Get access

Cigarette smoke and reactive oxygen species metabolism: Implications for the pathophysiology of Reinke's edema

Authors

  • Ryan C. Branski PhD,

    Corresponding author
    1. Department of Head and Neck Surgery, Memorial Sloan-Kettering Cancer Center, Weill Cornell Medical College, New York, New York, U.S.A.
    2. Department of Otorhinolaryngology, Weill Cornell Medical College, New York, New York, U.S.A.
    • Head and Neck Surgery (Box 104), Memorial Sloan-Kettering Cancer Center, 1275 York Avenue, New York, NY 10065
    Search for more papers by this author
  • Benjamin Saltman MD,

    1. Department of Head and Neck Surgery, Memorial Sloan-Kettering Cancer Center, Weill Cornell Medical College, New York, New York, U.S.A.
    Search for more papers by this author
  • Lucian Sulica MD,

    1. Department of Otorhinolaryngology, Weill Cornell Medical College, New York, New York, U.S.A.
    Search for more papers by this author
  • Hazel Szeto MD, PhD,

    1. Department of Pharmacology, Weill Cornell Medical College, New York, New York, U.S.A.
    Search for more papers by this author
  • Suzy Duflo MD,

    1. Department of Oto-Rhino-Laryngology–Head and Neck Surgery, University of Marseille, Marseille, France
    Search for more papers by this author
  • Diane Felsen PhD,

    1. Institute for Pediatric Urology, Weill Cornell Medical College, New York, New York, U.S.A.
    Search for more papers by this author
  • Dennis H. Kraus MD

    1. Department of Head and Neck Surgery, Memorial Sloan-Kettering Cancer Center, Weill Cornell Medical College, New York, New York, U.S.A.
    2. Department of Otorhinolaryngology, Weill Cornell Medical College, New York, New York, U.S.A.
    Search for more papers by this author

  • Presented as a poster at the American Laryngological Association, Combined Otolaryngology Spring Meetings, Phoenix, Arizona, U.S.A., May 28–31, 2009.

Abstract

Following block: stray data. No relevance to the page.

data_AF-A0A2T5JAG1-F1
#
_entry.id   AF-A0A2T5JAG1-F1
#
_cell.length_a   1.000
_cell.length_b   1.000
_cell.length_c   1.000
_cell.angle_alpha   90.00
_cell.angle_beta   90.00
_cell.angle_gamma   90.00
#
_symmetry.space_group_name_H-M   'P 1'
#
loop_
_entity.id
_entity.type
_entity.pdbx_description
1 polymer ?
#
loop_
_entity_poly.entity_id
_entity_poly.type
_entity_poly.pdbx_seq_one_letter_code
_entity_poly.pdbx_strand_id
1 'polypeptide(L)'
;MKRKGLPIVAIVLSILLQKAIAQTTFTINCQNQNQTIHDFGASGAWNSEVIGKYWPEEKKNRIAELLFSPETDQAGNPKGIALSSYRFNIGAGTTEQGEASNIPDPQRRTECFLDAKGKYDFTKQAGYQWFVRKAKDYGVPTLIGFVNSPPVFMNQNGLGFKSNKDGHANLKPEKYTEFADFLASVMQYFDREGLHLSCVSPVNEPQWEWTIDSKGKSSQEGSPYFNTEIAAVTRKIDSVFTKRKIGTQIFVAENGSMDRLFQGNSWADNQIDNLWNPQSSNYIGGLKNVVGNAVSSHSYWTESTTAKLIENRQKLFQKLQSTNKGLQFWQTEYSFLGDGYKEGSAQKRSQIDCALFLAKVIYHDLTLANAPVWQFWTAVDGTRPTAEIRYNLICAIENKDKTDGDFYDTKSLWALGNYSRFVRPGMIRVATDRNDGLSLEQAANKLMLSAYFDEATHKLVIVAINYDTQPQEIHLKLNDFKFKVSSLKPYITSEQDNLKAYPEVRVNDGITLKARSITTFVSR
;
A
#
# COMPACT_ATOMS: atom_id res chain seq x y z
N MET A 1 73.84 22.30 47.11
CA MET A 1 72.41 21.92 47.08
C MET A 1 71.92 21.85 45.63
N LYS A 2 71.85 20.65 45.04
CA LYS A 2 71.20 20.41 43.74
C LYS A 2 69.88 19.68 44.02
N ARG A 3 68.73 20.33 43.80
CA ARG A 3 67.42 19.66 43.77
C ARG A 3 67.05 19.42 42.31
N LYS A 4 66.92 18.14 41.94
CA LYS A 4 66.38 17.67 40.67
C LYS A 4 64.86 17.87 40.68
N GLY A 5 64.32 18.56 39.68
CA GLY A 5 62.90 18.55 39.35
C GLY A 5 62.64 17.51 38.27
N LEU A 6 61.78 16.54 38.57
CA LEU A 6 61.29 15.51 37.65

Objective/Hypothesis:

Oxidative damage mediates the lower airway response to cigarette smoke (CS). In the vocal folds, the tissue phenotype is both distinct and largely uncharacterized. We sought to investigate the effects of CS on the oxidative status and fibroblast phenotype in the vocal folds. Specifically, we hypothesized that CS would induce a hypermetabolic fibroblast phenotype and altered oxidative metabolism potentially providing insight into the relationship among CS, Reinke's edema (RE), and malignancy.

Study Design:

In vivo/in vitro.

Methods:

Heme oxygenase (HO)-1 gene expression was examined in human tissue. In vitro, the effects of cigarette smoke condensate (CSC) on HO-1 gene expression and secretion was assayed. In addition, CS-mediated intracellular reactive oxygen species synthesis was quantified, and compared to the response in pulmonary fibroblasts (HFL). We then examined the effects of CSC on migration and proliferation in human vocal fold fibroblasts (HVOX).

Results:

HO-1 expression was ∼4-fold higher in RE samples versus vocal fold polyps. CSC induced HO-1 gene expression and secretion in a time- and dose-dependent fashion in vitro. CSC also increased intracellular ROS in both HVOX and HFL. CSC decreased HVOX proliferation and migration in a dose-dependent manner.

Conclusions:

These data suggest that the fibroblast phenotype is influenced by smoke. Our data suggest that the antioxidant response in the vocal fold tissue may be one mechanism of chemoprotection, a putative explanation for the observation that RE rarely transforms to malignancy. In addition, CSC does not appear to induce a hypermetabolic fibroblast phenotype as expected. Laryngoscope, 2009

Ancillary